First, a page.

As a 30-year-old, pop culture-loving, unmarried, short, dark-haired, bookish woman who loves to drink champagne and wear sequins, I’d have to change my name to Mindy if I wanted to fit any more squarely into The Mindy Project’s target demographic. The show, which premieres September 25th but whose pilot is currently streaming on Hulu, stars creator Mindy Kaling as Mindy Lahiri, an OB/GYN who loves rom coms and fancies herself in the self-improvement montage part of life. Like its charming-yet-flawed protagonist, there are many things to love about this show (and a few things to just tolerate because, hey, it’s generally likable and it’s trying hard and everyone deserves a little slack now and then, right?).
Mindy Kaling is a delight.
If you read and liked Is Everyone Hanging Out Without Me? you will probably like The Mindy Project. In fact, some of the jokes in the pilot episode are straight from the pages of Kaling’s book, but if you laughed the first time like I did, you’ll probably laugh during the second round too. Kaling herself is charismatic and relatable as Dr. Lahiri, and she pulls off lines like, “Are you kidding me? I’m basically Sandy Bullock!” while drunk on a bicycle where other, more precious performers might fail. (She even says during that pilot that she’s not, “like, precious or anything.” Thank God.) Also, though it might be obvious, it’s nice to see a woman of color with a (somewhat) atypical-for-Hollywood body leading a sitcom and getting tons of dates with cute guys out of the deal.
The love interests aren’t *that* bad.
The temptation in a Grey’s Anatomy/Scrubs/Doctor Show sitcom starring a single lady, I’d imagine, would be to either make the single lady sad and desperate or to make her male suitors loutish jerks. So far, The Mindy Project is balancing the two extremes quite nicely. Lahiri is indeed single (and somewhat clueless), but most of the time she seems to enjoy the casual hookups and fun first dates singledom brings. The single men in her life, two coworkers and a blind date played by Ed Helms, are mostly cute and funny, if also kinda clueless. Anyone who’s seen Bridget Jones’ Diary knows that things aren’t going to last with Lahiri and her sex buddy, the dashing and British Dr. Reed, but Lahiri herself has seen Bridget Jones’ Diary and makes a Hugh Grant joke about Reed before you can. That *wink wink* rom-com irony could get annoying in later episodes, but so far it’s just fun.
Dr. Lahiri is a good OB/GYN
Toward the end of the pilot, we get to see Lahiri deliver a baby, and it’s clear she knows what she’s doing. This is refreshing, because a show like this could just as easily have a screw-up at the helm. That premise may be funny on The Office (where Kaling got her start), but I for one am glad that the lead of The Mindy Project has her professional shit together. It’s awesome to watch a woman kick ass at work, and it makes her drunken date scenes that much funnier!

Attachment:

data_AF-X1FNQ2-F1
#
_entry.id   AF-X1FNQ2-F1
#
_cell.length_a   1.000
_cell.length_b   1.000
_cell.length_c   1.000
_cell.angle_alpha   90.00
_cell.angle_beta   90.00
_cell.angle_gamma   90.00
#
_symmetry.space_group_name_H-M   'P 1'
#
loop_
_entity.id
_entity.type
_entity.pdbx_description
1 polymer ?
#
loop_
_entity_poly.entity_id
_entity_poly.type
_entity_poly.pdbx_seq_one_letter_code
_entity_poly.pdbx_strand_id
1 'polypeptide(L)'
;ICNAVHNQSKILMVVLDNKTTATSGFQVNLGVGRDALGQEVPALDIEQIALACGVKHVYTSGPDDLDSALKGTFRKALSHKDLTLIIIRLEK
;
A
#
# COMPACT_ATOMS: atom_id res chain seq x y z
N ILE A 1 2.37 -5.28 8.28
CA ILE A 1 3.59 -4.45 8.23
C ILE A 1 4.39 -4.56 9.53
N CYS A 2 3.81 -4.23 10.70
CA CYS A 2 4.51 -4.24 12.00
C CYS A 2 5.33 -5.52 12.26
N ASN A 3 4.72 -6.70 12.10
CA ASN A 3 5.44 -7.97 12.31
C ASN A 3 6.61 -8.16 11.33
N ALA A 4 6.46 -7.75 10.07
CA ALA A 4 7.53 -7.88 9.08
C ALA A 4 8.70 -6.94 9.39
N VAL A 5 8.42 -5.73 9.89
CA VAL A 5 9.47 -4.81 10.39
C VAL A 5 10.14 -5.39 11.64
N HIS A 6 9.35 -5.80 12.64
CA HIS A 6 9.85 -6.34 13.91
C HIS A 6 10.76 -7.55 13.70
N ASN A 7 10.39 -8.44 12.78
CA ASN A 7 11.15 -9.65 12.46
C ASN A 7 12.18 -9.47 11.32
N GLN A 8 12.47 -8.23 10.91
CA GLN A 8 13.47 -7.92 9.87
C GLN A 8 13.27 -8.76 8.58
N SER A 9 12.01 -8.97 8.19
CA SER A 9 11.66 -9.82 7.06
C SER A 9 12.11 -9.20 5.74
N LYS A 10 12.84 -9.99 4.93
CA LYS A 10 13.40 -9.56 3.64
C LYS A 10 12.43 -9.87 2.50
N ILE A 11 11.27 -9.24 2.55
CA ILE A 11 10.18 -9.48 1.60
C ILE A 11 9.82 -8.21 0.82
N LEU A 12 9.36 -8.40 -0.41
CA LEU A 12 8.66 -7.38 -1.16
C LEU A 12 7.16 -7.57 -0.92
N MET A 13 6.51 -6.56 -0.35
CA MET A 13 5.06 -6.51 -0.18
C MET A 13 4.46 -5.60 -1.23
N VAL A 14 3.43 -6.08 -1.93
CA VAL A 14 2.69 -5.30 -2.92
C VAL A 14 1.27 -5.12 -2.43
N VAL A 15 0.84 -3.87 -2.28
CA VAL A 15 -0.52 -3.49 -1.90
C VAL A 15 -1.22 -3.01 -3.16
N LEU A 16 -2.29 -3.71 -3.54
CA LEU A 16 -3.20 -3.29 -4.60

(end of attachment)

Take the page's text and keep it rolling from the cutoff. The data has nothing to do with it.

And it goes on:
The characters are self-deprecating without overdoing it.
When Lahiri asks a server at a restaurant, “Do you know how difficult it is for a chubby 31-year old to go on a legit date with a guy who majored in economics at Duke?!” we laugh, because we know she’s in on the joke. These characters are self-deprecating, but they don’t hate themselves.
It’s feminist friendly!
Le Tigre during a transitional scene? MIA during a work montage? Plenty of female characters who seem to genuinely like and support Dr. Lahiri and each other? The Mindy Show gives feminists plenty to appreciate, if only because so many other network shows completely miss the mark. Whether Dr. Lahiri is a dyed-in-the-wool feminist like Leslie Knope or Liz Lemon is yet to be determined, but in an age where bros come before just about anyone else on TV, I’ll take a female doctor with lady friends and coworkers any day.
The show is far from perfect. There were a few uncomfortable scenes where characters attempt hipster racism and fail (assuming a woman in a hijab has “oil money”?), and some of the dating jabs were too far below the belt for my taste. Also, so far everyone appears to be straight, and Mindy’s best friend (played by Anna Camp) is kinda one-note, that note being “has a kid.” Still, this was only the pilot, and there’s always room for improvement. I’ll be tuning in for future episodes, and I suggest fellow Kaling fans throw on a sequin shirt, grab a bottle of champagne, and join me.